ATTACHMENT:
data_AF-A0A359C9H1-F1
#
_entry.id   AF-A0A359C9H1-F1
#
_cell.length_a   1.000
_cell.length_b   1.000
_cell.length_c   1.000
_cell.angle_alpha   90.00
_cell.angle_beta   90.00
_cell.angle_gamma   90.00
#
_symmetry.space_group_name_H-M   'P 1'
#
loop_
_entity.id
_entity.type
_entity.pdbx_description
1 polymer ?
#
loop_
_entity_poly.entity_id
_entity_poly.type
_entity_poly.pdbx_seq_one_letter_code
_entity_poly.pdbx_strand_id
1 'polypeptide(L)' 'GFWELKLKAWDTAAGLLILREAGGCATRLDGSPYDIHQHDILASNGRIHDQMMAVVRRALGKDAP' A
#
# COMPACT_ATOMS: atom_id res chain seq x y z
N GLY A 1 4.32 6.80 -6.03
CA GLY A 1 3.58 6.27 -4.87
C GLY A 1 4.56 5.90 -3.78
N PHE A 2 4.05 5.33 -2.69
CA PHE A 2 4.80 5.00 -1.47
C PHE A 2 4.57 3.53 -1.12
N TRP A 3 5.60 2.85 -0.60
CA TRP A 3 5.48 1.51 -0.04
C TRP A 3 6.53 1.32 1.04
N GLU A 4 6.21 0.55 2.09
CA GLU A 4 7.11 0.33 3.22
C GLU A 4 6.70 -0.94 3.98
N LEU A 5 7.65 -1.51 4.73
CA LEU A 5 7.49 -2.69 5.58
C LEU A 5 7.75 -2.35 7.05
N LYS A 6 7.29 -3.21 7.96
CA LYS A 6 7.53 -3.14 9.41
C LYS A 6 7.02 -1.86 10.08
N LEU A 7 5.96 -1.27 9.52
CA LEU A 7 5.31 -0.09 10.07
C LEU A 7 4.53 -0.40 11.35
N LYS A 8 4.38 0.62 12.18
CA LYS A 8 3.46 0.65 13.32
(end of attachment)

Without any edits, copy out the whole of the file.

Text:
data_AF-A0A359C9H1-F1
#
_entry.id   AF-A0A359C9H1-F1
#
_cell.length_a   1.000
_cell.length_b   1.000
_cell.length_c   1.000
_cell.angle_alpha   90.00
_cell.angle_beta   90.00
_cell.angle_gamma   90.00
#
_symmetry.space_group_name_H-M   'P 1'
#
loop_
_entity.id
_entity.type
_entity.pdbx_description
1 polymer ?
#
loop_
_entity_poly.entity_id
_entity_poly.type
_entity_poly.pdbx_seq_one_letter_code
_entity_poly.pdbx_strand_id
1 'polypeptide(L)' 'GFWELKLKAWDTAAGLLILREAGGCATRLDGSPYDIHQHDILASNGRIHDQMMAVVRRALGKDAP' A
#
# COMPACT_ATOMS: atom_id res chain seq x y z
N GLY A 1 4.32 6.80 -6.03
CA GLY A 1 3.58 6.27 -4.87
C GLY A 1 4.56 5.90 -3.78
N PHE A 2 4.05 5.33 -2.69
CA PHE A 2 4.80 5.00 -1.47
C PHE A 2 4.57 3.53 -1.12
N TRP A 3 5.60 2.85 -0.60
CA TRP A 3 5.48 1.51 -0.04
C TRP A 3 6.53 1.32 1.04
N GLU A 4 6.21 0.55 2.09
CA GLU A 4 7.11 0.33 3.22
C GLU A 4 6.70 -0.94 3.98
N LEU A 5 7.65 -1.51 4.73
CA LEU A 5 7.49 -2.69 5.58
C LEU A 5 7.75 -2.35 7.05
N LYS A 6 7.29 -3.21 7.96
CA LYS A 6 7.53 -3.14 9.41
C LYS A 6 7.02 -1.86 10.08
N LEU A 7 5.96 -1.27 9.52
CA LEU A 7 5.31 -0.09 10.07
C LEU A 7 4.53 -0.40 11.35
N LYS A 8 4.38 0.62 12.18
CA LYS A 8 3.46 0.65 13.32